Last month, a shop in York hit the headlines when it announced that it was banning cheesy Christmas music for the sake of its staff. Interviewed by the Guardian, shop owner Emma Godivala explained that ‘lots of other shop staff are already going stir crazy with the same Christmas hits being played on a loop.’

For anyone who has worked in retail, that rings painfully true. I remember one ex-girlfriend getting a Christmas job at New Look, where they had one hour-long Christmas CD, which they played on the hour, every hour, from late November until closing time on Christmas Eve. If she never heard those dozen Christmas songs ever again, it wouldn’t be a moment too soon.

There are lots of people to remember at Christmas, but this year, I wanted to give a particular shout out to those on the retail frontline, the shop assistants and delivery drivers working tirelessly up to the big day (well, apart from those working for Hermes, of course. Research has proved that the four worst words in the English language are Hermes saying, ‘We’ve got your parcel’).

When I was a bookseller, the received wisdom was that we sold as many books in November and December as we did for the rest of the year combined. That’s good for business, but also exhausting for those on the shop-floor. As Christmas nears, so the tension inexorably rises – those who have left their present buying too late venting anger that you’ve sold out of the particular item they’re looking for. Ordering stock at Christmas is a fine art – get it wrong and it is the shopworkers who get it in the neck. One year, a Michael Palin travel book was the big seller, or it would have been if enough copies had been printed. We apologised and apologised and waited and waited for the reprint to arrive … which it finally did about lunchtime on Christmas Eve. The book sat in a large, untouched pile well into the spring.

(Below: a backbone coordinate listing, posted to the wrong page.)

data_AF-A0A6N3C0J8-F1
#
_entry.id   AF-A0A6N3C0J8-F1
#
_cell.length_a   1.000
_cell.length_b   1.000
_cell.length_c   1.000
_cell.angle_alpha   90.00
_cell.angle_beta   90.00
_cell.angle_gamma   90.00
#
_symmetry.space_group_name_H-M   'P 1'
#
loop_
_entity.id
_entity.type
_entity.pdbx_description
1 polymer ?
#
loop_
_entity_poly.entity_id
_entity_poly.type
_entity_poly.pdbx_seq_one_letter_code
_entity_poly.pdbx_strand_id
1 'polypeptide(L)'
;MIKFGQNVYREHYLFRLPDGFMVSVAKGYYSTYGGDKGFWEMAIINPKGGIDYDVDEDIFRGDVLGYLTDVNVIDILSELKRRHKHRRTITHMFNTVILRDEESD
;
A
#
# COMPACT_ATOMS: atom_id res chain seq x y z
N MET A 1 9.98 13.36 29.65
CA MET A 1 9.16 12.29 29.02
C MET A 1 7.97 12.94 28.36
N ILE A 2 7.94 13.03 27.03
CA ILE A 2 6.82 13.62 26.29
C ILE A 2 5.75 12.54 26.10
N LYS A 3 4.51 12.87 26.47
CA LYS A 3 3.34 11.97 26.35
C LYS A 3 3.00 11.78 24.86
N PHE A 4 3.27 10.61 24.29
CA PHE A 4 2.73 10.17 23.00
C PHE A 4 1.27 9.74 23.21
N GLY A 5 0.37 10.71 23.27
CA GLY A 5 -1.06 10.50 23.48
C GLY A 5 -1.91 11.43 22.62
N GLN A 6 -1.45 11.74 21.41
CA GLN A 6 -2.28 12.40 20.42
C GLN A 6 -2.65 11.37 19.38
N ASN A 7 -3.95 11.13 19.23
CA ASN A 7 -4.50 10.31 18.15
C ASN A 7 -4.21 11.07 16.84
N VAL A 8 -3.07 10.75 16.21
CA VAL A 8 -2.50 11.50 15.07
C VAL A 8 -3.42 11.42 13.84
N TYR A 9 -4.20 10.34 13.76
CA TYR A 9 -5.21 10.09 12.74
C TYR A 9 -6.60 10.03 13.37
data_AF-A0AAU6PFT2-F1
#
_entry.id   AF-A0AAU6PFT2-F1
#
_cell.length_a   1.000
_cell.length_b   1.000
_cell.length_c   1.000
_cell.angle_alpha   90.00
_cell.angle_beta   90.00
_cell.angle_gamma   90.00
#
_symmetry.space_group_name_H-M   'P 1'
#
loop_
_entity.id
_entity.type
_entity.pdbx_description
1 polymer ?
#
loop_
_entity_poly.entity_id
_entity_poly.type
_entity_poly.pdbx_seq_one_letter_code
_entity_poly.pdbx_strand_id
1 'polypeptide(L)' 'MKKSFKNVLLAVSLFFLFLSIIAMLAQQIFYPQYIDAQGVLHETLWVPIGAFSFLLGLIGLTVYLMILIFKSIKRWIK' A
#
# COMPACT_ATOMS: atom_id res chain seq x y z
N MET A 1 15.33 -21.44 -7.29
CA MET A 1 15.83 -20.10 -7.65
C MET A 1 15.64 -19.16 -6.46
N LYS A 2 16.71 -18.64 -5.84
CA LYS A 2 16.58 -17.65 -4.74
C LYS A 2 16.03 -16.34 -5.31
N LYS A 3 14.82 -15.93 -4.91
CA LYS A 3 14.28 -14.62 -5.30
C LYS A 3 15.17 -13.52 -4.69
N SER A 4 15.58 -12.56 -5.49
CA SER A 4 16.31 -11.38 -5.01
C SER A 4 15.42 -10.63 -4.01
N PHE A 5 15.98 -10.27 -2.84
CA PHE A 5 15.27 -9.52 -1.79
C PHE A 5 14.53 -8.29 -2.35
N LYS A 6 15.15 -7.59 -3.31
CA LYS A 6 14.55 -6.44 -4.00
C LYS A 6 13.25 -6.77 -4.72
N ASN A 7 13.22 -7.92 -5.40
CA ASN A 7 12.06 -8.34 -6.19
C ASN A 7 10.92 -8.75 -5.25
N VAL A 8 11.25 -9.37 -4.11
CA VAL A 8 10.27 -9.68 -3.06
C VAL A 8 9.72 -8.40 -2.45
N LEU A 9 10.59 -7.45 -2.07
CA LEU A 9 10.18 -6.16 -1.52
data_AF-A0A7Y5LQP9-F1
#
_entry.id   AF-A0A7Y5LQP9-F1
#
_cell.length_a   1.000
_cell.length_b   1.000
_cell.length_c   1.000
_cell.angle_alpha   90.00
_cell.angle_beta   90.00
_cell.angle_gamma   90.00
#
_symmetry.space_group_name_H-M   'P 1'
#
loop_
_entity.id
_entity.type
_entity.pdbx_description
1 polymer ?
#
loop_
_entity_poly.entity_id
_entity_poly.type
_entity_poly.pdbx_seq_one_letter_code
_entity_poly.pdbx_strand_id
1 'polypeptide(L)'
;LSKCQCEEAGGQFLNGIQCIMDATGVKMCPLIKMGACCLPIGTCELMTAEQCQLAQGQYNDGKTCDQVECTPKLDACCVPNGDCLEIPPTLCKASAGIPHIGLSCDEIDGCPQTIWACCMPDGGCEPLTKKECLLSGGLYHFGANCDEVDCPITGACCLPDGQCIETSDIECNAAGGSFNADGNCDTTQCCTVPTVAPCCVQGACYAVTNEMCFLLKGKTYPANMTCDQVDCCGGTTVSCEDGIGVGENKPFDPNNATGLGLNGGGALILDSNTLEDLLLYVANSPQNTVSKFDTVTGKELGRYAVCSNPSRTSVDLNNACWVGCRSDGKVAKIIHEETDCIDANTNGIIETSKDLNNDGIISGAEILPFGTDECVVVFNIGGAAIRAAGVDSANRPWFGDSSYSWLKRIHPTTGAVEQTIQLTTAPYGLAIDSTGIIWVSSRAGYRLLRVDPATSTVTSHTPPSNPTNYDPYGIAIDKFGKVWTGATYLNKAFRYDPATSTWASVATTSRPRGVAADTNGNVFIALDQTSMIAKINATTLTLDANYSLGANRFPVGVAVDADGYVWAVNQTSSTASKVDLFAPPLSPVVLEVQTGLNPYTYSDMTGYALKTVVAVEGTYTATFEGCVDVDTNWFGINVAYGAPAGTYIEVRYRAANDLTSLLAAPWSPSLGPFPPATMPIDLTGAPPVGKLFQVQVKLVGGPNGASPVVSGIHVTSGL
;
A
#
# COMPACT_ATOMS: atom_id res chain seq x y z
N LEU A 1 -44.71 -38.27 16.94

Christmas Eve was always an interesting shift to work – balancing getting the sale stock ready for Boxing Day and also dealing with the real last-minute merchants, who didn’t really care what they bought as long as they bought something. When I worked at Waterstones, we used to fill the front table with all the books that hadn’t sold and watched as they all went. I remember one year after we’d closed a man posting bank notes through the letterbox in the desperate hope of getting anything to give.

So as hassled as you might feel buying presents, do remember those on the other side of the till, soaking up all that collective stress. Happy Christmas!